Project topics such as:
- * Characterization of sandwich composite materials
- * Vibration control using shape memory alloys
- * Vibration shaker design
- * Damage detection and health monitoring using neural networks
- * Fluid structure interaction
- * Novel dynamic material characterization techniques
The MSRRL laboratory is equipped for research in mechanical/material component systems. Laboratory facilities include a laser vibrometer, several electromagnetic shakers with corresponding amplifiers, data acquisition equipment, transducers (acceleration, force, and temperature), conditioning amplifiers, power supplies, oscilloscopes, and computer facilities.
NMDL is responsible for matching many new differentiated materials and technologies with market needs in the areas of bioengineering, alternative energy and electronics. The NMDL include a materialographic laboratory, a mechanical testing facility (including a DMA), thermal chambers and tribometers. Basic equipment for materialographic preparation, hardness testers, heat treatment furnaces and a sophisticated optical imaging system are available.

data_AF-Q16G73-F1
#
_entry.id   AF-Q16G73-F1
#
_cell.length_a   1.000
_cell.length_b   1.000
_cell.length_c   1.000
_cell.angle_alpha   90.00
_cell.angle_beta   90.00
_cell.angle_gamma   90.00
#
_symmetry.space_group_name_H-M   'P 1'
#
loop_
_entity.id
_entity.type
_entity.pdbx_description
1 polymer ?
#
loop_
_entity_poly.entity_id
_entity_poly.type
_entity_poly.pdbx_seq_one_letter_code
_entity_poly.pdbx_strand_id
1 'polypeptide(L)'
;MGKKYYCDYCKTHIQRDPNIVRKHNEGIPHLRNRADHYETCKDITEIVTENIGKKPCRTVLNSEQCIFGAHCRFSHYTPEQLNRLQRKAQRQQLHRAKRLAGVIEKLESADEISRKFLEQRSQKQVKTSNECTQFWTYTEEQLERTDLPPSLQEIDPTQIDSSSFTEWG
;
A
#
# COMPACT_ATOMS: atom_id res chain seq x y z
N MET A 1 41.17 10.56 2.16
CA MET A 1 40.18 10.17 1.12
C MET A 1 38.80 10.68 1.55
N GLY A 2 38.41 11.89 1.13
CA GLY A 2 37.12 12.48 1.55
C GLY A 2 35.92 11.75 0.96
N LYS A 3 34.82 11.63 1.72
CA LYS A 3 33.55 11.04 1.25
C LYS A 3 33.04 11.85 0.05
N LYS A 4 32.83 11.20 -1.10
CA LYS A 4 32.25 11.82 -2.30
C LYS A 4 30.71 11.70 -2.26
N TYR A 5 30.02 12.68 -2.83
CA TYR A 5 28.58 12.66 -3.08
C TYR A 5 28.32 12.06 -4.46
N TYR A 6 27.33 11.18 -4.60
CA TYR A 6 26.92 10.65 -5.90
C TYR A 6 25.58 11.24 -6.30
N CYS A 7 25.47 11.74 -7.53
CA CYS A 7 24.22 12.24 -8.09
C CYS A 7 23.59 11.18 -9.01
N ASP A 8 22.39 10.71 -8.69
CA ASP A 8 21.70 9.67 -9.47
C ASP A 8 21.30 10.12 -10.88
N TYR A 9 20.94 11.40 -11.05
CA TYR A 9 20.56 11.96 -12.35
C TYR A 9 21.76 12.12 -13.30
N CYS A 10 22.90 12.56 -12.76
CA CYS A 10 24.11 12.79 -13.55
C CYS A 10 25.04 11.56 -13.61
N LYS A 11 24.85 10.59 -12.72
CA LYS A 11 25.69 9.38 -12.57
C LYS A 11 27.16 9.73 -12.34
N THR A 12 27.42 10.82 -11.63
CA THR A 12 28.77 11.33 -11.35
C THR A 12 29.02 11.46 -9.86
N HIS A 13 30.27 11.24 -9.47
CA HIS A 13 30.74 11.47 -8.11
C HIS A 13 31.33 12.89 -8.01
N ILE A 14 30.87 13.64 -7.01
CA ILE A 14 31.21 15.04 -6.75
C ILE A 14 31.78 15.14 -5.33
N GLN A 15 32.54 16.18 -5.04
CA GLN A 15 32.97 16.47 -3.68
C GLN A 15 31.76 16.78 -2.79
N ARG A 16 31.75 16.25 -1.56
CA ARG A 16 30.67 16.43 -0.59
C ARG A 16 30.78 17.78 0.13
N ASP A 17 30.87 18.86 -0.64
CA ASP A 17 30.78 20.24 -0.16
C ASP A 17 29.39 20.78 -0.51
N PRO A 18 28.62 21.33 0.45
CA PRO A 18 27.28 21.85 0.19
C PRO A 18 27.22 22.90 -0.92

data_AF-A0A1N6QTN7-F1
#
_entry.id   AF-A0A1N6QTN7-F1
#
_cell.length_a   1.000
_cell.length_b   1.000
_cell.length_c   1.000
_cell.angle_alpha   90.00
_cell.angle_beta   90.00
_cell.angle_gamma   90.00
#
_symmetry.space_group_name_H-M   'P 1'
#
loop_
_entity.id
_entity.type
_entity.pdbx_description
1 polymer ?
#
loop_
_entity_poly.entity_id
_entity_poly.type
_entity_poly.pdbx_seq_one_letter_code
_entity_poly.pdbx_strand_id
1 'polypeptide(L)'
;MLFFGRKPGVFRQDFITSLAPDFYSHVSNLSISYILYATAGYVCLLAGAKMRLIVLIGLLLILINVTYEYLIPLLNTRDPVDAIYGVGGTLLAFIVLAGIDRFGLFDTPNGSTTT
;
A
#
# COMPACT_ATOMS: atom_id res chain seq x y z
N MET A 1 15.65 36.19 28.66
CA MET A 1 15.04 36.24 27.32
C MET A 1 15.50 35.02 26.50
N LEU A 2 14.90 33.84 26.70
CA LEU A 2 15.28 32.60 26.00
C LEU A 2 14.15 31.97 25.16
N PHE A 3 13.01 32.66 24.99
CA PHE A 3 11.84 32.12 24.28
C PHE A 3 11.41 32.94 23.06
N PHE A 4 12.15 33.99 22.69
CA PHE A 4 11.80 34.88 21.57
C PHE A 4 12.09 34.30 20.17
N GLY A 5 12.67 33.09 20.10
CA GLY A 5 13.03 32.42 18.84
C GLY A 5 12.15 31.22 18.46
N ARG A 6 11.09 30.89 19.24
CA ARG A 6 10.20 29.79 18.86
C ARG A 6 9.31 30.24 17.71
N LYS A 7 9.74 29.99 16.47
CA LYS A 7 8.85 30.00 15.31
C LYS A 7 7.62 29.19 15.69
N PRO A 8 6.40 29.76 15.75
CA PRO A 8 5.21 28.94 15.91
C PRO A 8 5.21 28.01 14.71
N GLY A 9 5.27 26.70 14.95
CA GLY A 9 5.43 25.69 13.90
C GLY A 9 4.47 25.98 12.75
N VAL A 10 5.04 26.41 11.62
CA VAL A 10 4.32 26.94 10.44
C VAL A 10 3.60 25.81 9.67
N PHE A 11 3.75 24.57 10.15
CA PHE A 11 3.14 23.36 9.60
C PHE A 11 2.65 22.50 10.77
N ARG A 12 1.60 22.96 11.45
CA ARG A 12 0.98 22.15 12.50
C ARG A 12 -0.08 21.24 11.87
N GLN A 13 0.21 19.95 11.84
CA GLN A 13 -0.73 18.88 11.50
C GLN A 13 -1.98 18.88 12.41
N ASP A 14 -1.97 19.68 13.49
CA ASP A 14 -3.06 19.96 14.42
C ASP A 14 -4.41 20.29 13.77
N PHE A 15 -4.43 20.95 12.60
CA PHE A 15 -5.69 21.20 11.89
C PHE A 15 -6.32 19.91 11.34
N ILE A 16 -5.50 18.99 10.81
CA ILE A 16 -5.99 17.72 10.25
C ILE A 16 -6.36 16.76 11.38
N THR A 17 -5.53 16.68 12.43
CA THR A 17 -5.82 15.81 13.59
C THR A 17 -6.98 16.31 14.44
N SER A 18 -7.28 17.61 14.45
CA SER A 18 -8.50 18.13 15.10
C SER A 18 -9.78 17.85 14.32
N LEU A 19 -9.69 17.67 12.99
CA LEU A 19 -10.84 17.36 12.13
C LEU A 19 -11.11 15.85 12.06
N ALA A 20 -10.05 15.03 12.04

NMDL performs sponsored research from various government agencies such as: DoD, NSF, NIH, and various private industries for example Lockheed Martin.